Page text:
While some of these children are brought to the United States from other countries, most are born and raised here. They include girls who trust men who turn out to be pimps, boys who find themselves in desperate situations, or children whose vulnerabilities, such as homelessness or rejection due to sexual orientation or gender identification, are taken advantage of. 

At Love146, we have worked with survivors of human trafficking and exploitation for nearly 15 years, and through our work we’ve learned how traffickers strategically exploit children’s vulnerabilities. As we listen to survivors, they tell us what happened, and how it happened. They tell us how they were deceived. They’ve told us, “if only I’d known.”

President Barack Obama has declared January National Slavery and Human Trafficking Prevention Month — making this an appropriate time to appreciate the role youth-serving professionals play in preventing and addressing trafficking and exploitation. Through our prevention program, we have had the opportunity to engage with deeply committed professionals who work with youth, and we have seen how these relationships make a difference in children’s lives. But we also recognize that the issue of child trafficking and exploitation is especially complex. Though Avila knew what to do in his key moment to take action, sometimes the red flags are not so clear-cut, and sometimes professionals are not equipped with the right information and skills to identify more subtle warning signs. Sometimes it is unclear what they should do if they suspect something is going on.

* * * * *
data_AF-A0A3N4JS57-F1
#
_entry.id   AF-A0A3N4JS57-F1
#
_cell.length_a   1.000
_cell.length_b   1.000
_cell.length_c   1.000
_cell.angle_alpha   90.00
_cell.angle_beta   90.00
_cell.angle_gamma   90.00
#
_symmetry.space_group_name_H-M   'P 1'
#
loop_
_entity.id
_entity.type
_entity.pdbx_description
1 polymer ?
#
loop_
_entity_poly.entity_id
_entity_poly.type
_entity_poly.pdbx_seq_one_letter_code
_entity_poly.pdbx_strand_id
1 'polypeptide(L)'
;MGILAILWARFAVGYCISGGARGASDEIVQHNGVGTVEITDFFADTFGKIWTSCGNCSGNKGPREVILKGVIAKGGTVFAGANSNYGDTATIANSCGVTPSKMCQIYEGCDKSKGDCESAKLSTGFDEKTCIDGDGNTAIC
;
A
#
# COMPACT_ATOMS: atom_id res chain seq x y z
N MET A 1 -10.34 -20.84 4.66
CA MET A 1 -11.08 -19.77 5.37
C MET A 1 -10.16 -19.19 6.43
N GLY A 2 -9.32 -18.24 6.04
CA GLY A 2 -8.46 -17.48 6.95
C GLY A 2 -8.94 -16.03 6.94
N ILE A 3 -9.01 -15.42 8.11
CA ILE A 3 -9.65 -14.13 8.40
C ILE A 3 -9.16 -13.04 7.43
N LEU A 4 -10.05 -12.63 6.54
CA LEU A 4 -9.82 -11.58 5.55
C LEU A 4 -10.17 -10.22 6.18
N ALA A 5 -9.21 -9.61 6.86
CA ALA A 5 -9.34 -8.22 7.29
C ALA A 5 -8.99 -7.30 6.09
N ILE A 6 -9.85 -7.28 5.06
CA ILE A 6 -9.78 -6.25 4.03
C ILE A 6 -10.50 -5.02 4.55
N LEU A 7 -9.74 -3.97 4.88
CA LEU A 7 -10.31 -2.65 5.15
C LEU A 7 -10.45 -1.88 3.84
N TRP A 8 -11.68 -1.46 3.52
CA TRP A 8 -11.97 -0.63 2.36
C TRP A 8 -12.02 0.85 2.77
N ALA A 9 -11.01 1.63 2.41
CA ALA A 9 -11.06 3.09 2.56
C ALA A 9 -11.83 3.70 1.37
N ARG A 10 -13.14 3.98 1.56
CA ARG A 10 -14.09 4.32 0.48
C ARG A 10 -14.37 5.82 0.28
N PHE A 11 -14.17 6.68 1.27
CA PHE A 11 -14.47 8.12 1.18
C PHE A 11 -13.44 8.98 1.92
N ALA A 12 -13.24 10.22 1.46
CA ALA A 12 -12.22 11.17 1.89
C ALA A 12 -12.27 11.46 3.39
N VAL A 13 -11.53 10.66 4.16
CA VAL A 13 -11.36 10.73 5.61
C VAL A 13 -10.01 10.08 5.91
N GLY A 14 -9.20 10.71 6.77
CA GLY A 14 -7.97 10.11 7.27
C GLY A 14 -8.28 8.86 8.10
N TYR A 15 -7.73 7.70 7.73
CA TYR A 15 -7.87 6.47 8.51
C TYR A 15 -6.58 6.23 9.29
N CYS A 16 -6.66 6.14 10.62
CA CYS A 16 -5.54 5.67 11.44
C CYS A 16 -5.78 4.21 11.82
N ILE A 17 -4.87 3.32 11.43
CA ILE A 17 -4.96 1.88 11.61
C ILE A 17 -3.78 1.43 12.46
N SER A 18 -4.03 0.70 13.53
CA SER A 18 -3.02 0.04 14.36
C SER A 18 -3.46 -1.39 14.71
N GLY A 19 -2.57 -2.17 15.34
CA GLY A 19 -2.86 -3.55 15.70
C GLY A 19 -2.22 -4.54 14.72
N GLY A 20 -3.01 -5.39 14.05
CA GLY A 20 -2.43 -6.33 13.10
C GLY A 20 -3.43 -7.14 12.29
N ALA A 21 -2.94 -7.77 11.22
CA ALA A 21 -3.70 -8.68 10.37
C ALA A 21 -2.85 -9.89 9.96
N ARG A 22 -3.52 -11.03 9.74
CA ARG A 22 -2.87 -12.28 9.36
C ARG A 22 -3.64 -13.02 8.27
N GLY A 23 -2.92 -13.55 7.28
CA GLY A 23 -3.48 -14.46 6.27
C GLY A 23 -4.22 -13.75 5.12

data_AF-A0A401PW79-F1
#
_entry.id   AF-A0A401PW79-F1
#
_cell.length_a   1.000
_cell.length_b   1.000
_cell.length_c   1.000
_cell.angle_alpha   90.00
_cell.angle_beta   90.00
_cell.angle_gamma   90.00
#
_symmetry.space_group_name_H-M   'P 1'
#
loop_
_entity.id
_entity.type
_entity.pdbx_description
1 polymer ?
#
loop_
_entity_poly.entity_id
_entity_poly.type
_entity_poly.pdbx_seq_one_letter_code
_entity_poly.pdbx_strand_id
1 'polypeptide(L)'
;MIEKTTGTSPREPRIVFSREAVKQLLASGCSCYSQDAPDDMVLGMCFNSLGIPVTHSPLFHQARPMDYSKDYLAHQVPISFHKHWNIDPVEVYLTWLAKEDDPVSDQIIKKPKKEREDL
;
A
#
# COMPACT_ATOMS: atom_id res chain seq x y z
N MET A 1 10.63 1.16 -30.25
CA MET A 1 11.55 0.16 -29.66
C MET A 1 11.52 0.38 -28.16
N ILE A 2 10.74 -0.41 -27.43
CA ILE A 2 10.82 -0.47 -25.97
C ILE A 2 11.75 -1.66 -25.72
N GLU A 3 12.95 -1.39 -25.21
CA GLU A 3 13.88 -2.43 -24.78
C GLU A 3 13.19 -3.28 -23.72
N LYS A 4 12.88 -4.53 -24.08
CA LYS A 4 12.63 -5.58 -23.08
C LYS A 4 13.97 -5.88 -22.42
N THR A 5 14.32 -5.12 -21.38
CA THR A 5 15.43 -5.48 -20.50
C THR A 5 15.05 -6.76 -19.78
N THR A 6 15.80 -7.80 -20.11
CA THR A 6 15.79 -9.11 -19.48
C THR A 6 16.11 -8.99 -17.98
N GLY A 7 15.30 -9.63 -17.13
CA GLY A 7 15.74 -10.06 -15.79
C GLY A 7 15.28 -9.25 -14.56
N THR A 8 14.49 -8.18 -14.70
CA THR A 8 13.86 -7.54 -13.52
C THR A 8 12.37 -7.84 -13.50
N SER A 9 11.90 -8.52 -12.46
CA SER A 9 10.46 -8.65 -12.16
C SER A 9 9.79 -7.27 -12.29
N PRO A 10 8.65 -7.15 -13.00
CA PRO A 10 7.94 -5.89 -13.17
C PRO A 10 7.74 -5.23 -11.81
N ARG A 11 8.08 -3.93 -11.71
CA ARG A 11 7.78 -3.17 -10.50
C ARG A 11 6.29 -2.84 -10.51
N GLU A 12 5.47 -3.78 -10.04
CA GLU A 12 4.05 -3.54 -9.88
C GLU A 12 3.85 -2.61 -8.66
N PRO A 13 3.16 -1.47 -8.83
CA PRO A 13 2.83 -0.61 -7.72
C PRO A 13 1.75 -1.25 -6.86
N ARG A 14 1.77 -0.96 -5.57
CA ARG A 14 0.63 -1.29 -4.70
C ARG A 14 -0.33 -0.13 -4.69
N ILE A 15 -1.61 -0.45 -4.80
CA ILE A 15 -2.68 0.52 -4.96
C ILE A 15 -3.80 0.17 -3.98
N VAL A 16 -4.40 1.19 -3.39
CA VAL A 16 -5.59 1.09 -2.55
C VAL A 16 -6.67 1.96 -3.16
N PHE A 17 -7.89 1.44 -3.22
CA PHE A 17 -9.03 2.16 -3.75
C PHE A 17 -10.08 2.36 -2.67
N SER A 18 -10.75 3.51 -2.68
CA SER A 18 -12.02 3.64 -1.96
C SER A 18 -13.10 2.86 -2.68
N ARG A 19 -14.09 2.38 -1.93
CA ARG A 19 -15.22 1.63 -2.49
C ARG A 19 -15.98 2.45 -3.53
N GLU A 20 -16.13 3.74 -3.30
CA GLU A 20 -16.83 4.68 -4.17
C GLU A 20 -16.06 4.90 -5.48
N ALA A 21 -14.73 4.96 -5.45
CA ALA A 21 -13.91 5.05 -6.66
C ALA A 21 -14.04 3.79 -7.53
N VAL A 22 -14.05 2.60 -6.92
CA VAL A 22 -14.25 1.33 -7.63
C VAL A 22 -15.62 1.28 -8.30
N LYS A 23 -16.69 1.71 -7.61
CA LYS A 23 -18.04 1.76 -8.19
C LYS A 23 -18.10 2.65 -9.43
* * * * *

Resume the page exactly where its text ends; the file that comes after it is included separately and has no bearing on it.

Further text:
We also recognize that, as we train professionals to respond to the complexities of this issue, to be truly effective, we must also prepare youth to respond to their own chronic and acute vulnerabilities. We often expect children to innately know how to respond to certain situations, despite concrete evidence that the part of the brain that supports this kind of critical thinking is not fully developed during adolescence. Pediatric neurologist, Frances Jensen states it perfectly when she says, “a teenage brain is just an adult brain with fewer miles on it.” It is important that we provide opportunities for youth to learn and practice new skills in a safe and supportive environment.